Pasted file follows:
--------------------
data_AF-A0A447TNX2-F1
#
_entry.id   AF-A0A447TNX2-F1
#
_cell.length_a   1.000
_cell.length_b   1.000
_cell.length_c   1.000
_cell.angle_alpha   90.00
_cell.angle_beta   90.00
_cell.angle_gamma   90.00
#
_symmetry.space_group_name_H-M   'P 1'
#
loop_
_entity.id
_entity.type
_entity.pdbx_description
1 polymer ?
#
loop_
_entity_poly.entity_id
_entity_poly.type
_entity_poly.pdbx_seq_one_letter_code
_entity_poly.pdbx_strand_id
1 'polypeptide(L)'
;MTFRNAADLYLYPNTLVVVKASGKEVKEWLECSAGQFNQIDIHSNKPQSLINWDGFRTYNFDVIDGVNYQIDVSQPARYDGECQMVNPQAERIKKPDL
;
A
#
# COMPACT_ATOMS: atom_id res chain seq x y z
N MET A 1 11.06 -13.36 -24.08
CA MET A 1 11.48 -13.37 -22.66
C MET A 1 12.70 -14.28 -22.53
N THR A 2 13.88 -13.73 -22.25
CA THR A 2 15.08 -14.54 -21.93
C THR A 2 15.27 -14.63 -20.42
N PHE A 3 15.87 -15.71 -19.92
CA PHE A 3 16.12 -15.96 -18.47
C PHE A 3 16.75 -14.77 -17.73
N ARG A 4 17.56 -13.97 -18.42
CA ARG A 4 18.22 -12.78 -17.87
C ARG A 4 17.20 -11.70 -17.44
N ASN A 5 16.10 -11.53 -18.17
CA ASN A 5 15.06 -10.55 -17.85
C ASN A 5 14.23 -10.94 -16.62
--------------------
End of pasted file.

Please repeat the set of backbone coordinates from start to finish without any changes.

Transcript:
data_AF-A0A447TNX2-F1
#
_entry.id   AF-A0A447TNX2-F1
#
_cell.length_a   1.000
_cell.length_b   1.000
_cell.length_c   1.000
_cell.angle_alpha   90.00
_cell.angle_beta   90.00
_cell.angle_gamma   90.00
#
_symmetry.space_group_name_H-M   'P 1'
#
loop_
_entity.id
_entity.type
_entity.pdbx_description
1 polymer ?
#
loop_
_entity_poly.entity_id
_entity_poly.type
_entity_poly.pdbx_seq_one_letter_code
_entity_poly.pdbx_strand_id
1 'polypeptide(L)'
;MTFRNAADLYLYPNTLVVVKASGKEVKEWLECSAGQFNQIDIHSNKPQSLINWDGFRTYNFDVIDGVNYQIDVSQPARYDGECQMVNPQAERIKKPDL
;
A
#
# COMPACT_ATOMS: atom_id res chain seq x y z
N MET A 1 11.06 -13.36 -24.08
CA MET A 1 11.48 -13.37 -22.66
C MET A 1 12.70 -14.28 -22.53
N THR A 2 13.88 -13.73 -22.25
CA THR A 2 15.08 -14.54 -21.93
C THR A 2 15.27 -14.63 -20.42
N PHE A 3 15.87 -15.71 -19.92
CA PHE A 3 16.12 -15.96 -18.47
C PHE A 3 16.75 -14.77 -17.73
N ARG A 4 17.56 -13.97 -18.42
CA ARG A 4 18.22 -12.78 -17.87
C ARG A 4 17.20 -11.70 -17.44
N ASN A 5 16.10 -11.53 -18.17
CA ASN A 5 15.06 -10.55 -17.85
C ASN A 5 14.23 -10.94 -16.62